Two years ago, Jackie Nunemaker received a standing ovation at the L’Arche Frederick variety show. The audience cheered as Jackie performed the chicken dance in a chicken suit and giggled throughout her entire performance.
Some may see Jackie, who is 54, as marginalized and dependent upon society. But for the audience at the variety show, Jackie was a star, a person who freely gives the gifts she has.
Jackie's sister, Sandy Messner, discovered L’Arche Frederick when she was looking for opportunities for Jackie to socialize where she is accepted. Sandy found much more for her sister. At L’Arche Frederick monthly gatherings, adults with disabilities, their friends and families share time together – singing, dancing, doing crafts and enjoying each other’s company. ”My first experience with L’Arche Frederick was overwhelming, as they showered my sister Jackie with love and kindness,” Sandy said
Pat O’Connor, L’Arche Board member said, “What makes Jackie so special is her infectious joy that radiates out to everyone.”
Unconditional acceptance is at the core of L’Arche Frederick. L’Arche is French for “The Ark.” Up to 80 people attend L’Arche monthly events, including members of the Best Buds Group from Mount Saint Mary’s University.
When asked why he would want to spend a Friday night away from their peers, one student responded, “The people here at these events are our peers. I wouldn’t want to be anywhere else.”
Sheryl Silvern, Therapeutic Recreation Director for Frederick County Parks and Rec Club brings over 35 individuals to the monthly L’Arche events. “They are number one on our calendar. Everyone is welcome and we have great fun interacting with each other,” she said.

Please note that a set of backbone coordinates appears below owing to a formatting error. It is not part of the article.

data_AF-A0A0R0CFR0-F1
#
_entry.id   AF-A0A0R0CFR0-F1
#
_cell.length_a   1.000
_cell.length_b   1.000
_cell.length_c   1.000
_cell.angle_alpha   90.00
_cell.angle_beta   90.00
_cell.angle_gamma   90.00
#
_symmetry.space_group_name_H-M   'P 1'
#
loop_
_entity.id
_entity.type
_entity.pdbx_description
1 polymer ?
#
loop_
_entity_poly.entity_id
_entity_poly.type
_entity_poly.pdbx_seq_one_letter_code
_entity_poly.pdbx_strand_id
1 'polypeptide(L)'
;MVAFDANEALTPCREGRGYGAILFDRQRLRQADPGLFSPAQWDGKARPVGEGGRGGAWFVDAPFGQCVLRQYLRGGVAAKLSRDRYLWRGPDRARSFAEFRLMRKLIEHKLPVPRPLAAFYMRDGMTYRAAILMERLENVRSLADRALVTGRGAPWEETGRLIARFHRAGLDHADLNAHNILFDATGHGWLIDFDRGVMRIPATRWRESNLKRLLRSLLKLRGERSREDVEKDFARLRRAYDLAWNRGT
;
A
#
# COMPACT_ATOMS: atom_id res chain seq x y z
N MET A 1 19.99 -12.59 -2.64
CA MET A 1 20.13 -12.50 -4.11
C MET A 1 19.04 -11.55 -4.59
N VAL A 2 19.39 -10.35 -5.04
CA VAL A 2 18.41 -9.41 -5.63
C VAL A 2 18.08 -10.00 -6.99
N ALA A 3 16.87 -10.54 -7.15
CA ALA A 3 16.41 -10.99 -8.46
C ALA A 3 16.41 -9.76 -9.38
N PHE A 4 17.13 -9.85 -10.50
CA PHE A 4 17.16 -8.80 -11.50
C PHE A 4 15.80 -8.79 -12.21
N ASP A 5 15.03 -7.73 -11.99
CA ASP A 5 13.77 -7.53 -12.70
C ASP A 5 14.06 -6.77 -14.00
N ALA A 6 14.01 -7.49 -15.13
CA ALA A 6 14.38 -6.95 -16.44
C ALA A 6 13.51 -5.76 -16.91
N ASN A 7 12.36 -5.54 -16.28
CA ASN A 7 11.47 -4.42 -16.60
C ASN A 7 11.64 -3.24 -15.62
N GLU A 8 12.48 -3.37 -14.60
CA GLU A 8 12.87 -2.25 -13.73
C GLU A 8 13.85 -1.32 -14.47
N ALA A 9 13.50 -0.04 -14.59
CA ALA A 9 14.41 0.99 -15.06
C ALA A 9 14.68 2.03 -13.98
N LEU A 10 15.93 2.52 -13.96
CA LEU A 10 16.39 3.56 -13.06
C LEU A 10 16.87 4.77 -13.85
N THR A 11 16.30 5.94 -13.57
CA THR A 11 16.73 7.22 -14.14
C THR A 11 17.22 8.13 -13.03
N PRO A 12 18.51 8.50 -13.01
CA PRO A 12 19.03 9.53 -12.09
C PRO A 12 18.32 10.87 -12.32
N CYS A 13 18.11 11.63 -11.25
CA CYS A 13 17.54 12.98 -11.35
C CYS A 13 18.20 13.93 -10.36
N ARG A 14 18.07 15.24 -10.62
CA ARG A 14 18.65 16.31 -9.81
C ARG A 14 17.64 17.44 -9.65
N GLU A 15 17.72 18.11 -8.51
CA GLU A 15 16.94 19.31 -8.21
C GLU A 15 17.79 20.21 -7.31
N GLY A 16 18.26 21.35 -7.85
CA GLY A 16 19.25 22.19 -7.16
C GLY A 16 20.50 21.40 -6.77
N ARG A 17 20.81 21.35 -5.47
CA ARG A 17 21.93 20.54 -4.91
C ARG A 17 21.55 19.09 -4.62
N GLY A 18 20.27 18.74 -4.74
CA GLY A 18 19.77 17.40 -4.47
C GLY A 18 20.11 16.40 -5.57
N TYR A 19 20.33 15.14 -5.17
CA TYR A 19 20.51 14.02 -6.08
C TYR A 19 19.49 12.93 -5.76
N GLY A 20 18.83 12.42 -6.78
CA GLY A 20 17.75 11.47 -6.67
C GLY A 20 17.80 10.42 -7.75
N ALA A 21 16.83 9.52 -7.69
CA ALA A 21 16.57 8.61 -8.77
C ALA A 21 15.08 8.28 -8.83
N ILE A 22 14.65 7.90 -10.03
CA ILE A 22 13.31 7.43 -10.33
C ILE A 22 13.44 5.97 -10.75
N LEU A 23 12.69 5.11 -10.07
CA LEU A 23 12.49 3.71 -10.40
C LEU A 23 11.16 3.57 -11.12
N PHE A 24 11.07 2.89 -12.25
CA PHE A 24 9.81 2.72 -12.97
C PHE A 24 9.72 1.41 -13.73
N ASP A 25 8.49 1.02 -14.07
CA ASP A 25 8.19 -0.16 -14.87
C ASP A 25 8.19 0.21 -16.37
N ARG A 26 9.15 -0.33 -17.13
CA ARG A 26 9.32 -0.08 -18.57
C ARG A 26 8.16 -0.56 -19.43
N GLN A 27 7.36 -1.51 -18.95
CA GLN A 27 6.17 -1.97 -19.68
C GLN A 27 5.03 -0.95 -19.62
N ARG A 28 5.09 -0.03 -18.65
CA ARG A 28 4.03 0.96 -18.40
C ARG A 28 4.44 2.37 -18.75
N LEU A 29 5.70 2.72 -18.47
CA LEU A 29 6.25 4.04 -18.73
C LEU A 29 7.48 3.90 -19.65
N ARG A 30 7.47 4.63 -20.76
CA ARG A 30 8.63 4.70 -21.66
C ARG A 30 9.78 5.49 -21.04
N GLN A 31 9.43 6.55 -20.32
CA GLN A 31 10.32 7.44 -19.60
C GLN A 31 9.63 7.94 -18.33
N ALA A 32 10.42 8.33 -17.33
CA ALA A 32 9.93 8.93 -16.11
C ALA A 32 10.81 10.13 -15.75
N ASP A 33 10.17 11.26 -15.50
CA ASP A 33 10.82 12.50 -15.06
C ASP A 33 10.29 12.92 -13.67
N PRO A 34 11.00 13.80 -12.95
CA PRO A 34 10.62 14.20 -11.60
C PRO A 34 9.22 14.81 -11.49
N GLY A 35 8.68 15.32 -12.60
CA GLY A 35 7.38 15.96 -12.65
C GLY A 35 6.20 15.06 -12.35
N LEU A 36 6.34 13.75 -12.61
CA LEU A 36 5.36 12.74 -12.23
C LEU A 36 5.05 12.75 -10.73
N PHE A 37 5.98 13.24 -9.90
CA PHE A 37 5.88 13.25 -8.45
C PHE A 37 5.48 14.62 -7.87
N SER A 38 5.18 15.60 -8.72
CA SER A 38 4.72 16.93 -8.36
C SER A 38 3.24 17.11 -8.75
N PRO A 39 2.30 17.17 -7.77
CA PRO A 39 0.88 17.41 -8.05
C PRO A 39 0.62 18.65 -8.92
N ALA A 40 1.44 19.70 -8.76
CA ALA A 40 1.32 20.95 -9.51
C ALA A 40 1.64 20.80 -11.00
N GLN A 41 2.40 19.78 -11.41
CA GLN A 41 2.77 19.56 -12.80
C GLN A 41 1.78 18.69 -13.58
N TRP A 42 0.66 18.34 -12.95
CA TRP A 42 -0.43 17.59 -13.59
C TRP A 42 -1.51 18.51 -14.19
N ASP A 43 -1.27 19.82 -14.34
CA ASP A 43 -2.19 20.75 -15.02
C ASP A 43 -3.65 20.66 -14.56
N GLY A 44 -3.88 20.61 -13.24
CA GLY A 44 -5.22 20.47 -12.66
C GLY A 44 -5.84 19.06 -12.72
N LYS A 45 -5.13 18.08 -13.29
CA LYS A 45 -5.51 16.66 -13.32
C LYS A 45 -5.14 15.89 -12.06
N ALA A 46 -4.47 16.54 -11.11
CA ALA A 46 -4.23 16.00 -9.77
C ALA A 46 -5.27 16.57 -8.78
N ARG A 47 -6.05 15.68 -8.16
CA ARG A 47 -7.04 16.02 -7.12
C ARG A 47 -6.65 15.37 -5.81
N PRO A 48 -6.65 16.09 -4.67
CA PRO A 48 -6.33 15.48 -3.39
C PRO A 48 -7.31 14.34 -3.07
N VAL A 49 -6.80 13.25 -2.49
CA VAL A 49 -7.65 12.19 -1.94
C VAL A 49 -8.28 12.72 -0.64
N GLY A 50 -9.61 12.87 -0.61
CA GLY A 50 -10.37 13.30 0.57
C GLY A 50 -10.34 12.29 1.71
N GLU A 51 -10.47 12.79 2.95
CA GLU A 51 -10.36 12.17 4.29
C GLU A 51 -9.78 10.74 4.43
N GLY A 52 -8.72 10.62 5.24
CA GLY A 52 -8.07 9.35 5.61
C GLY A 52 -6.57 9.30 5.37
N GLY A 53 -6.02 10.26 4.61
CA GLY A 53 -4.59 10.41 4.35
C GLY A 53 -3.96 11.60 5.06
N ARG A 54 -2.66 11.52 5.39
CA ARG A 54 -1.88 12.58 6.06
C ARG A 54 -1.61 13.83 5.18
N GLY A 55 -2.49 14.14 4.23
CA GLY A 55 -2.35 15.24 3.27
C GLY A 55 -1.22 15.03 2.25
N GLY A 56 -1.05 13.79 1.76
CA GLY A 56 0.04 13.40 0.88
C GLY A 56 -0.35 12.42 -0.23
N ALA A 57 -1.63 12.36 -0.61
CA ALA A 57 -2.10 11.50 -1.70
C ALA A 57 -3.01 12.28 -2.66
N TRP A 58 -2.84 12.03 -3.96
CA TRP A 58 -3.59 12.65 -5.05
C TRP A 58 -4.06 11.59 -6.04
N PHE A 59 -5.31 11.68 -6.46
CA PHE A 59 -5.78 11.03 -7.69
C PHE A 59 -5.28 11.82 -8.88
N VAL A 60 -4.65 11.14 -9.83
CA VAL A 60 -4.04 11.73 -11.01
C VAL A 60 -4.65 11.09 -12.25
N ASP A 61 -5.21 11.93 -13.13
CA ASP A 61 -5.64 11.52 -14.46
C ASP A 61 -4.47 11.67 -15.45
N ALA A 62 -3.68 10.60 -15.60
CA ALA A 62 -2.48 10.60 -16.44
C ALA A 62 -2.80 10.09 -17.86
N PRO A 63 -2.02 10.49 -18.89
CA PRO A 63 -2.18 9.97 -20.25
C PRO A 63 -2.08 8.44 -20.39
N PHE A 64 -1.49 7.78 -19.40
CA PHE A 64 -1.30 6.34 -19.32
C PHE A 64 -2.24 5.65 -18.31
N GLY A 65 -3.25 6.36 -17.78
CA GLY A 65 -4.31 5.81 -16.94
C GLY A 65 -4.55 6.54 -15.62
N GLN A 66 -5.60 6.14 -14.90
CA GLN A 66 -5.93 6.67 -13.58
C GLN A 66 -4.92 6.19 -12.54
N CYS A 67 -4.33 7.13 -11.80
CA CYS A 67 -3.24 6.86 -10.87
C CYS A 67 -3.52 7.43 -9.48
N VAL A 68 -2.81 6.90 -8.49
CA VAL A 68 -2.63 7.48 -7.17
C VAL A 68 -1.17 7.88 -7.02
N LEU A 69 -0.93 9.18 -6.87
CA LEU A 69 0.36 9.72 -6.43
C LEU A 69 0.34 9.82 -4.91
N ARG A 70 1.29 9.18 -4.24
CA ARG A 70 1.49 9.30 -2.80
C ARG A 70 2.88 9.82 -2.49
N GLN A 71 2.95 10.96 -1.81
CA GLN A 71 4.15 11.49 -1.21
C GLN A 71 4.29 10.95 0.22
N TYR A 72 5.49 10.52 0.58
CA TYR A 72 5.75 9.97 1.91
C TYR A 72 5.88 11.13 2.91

While the events are a way to serve adults with intellectual disabilities, L’Arche Frederick is striving for something bigger. The organization is part of a larger movement to create communities of loving, life-long homes where adults with and without intellectual disabilities choose to live together. Canadian philosopher Jean Vanier started L’Arche in 1964, when he invited two men from a nearby overcrowded institution to live with him in his home. Today, L'Arche is an international federation of 150 communities in 38 countries. Every person in the community is valued for the gifts and talents they possess. Whether with or without disabilities, the community members learn from each other and grow together.
Frederick would be the first L’Arche community in Maryland. Sarah Endres, a sophomore at Mount Saint Mary’s University, recently volunteered at L’Arche in Washington, D.C.
“The moment I stepped into the L’Arche community, I instantly felt welcomed. While there, I learned that everyone deserves to be treated with dignity,” she said.
Pat O’Connor explains, “In our homes, we will provide traditional residential services, but with several elements that make what we do unique. L’Arche is about creating a family environment, so those without intellectual disabilities live in the home, not as staff, but as vital community members. At L’Arche, spirituality is a vital component to who we are. We encourage all members of the community to worship in whatever way brings them strength and comfort. And we have fun. Celebrations are an integral part of L’Arche. There is so much in life to celebrate.”
Paola Ripoll has also attended L’Arche Frederick events for many years. At 41, she lives with her parents, works in a school cafeteria and has an active social life. “My dream is to live in a L’Arche home,” she said. “Everyone is joyful, and they like to talk with me. They like to dance, sing and have fun. I will never stop going to L’Arche activities until I’m 90 years old!”
Her mother, Isabel, concurs. “Living at L’Arche would give Paola a chance to live more independently yet stay connected with her family. And, as a parent, L'Arche is a comforting thought when I think about Paola's future after we're gone.”